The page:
During these colourful chords, to play in tune might mean bending certain notes only for a fraction of a second.
(The C# in the Amajor chord will be resolving "ti-doh" to D major, so that's where it will get its tuning from.)

This is all done much faster by ear, and all the while, the Tuner will never know what you are doing and why.
It cannot figure it out like you can. :>)

4. In ensembles, the pitch changes constantly:

The Tuner is no use when the entire ensemble starts at A-440, and then through physical increases in heat or cold then sharpens or flattens progressively, or even momentarily (Causes: air conditioning, drafts, heated bodies in small rooms, some players playing sharper and sharper over several minutes to hear themselves more clearly etc.)

Ensembles do not stay at A-440.
You can use your tuner to check any professional recording. You will be surprised.

Using a very accurate tuner, during an exciting 6 minute Overture, a professional orchestra was once clocked at rising from A-440 to A-448 from beginning to ending, six minutes later.
They did it through EXCITEMENT and PANACHE.

There would be no point telling them they are now incredibly sharp; they all have to follow each other no matter what and end up in tune with eachother.

Then there are physical factors:

In a very cold rehearsal space, the instruments that go flat from cold (brass/woods) can only push in their tuning slides so far.
In a very warm rehearsal space, the instruments that go flat from heat (strings) cannot stop playing to retune each individual string, so may have to stop using open strings to remain fingering the notes higher as the room heats up.

All of this has to be momentarily accomodated while still continuing to play.
The Tuner cannot know any of this is happening. Only your ears can.

5. Your good tuning also depends on whether you're the Root, the Third, or the Fifth or Seventh of a Chord.

An electronic tuner does not know which interval of a chord you are playing.
While the person on the root of the chord may be fine consulting a Tuner, the person on the third of the chord needs to be 14 cents flatter, and the person on the fifth needs to be 2 cents sharper than what the tuner says.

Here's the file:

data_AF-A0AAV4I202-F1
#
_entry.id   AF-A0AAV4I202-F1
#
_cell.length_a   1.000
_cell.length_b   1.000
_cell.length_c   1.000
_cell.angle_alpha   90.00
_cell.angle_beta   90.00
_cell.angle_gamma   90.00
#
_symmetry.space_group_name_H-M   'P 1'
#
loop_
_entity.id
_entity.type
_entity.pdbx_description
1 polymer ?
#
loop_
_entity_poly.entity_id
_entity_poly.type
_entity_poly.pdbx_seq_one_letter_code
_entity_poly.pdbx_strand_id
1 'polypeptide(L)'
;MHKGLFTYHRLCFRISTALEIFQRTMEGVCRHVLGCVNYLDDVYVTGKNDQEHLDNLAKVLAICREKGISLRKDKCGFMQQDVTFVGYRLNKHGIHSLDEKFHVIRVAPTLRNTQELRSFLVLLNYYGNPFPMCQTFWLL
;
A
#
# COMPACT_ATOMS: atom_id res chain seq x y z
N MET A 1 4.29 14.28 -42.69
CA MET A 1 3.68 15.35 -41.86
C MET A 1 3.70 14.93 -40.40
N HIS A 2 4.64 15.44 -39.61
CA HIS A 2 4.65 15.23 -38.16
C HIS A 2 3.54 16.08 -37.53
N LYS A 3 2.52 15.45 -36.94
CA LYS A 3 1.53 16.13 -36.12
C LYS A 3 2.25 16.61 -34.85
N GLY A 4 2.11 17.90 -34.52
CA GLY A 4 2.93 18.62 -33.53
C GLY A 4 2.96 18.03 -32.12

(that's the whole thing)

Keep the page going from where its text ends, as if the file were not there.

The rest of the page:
If any of the other factors come into play (hot/cold, excitement of playing sharper to be heard, or any instrument playing out of tune for any reason) then even the person on the root of the chord can be incredibly "wrong" and yet they will sound their note, regardless.
If so, everyone else in the chord must shift their notes to accomodate the root or tonic they are being given to play with.
This happens constantly in any ensemble.
A tuner cannot know any of this is happening.

So use The Tuning CD and here's why:

The good news is that on notes of quick duration, bad tuning is not as audible, as there is very little time for the ear to hear the "beats" of out-of-tune intervals.
This is also true of very low pitched instruments: the "beats" that annoy the ear are quite slow, and will only be noticeable if a chord is held for several seconds.

But for high instruments, where "beats" are fast and annoying between out-of-tune notes (high woodwinds, sopranos etc.) even quick, short notes can be heards as annoyingly out of tune.

Also, in a melody, intervals between notes of the melody are more noticeable the slower the melody is.

That means that the intricacies and expertise in tuning of chords and melodic intervals is more needed in slow music, or on notes of long duration, where the out-of-tune intervals are more audible.

So always spend more time tuning slow moving music, and higher pitched instruments, always listening to the root of the chord, and assessing your distance above it, to eliminate "beats" in the sound.

All you have to do:
Start by tuning long held notes with the Tuning CD until your ears begin to witness the restful feeling of being "in tune".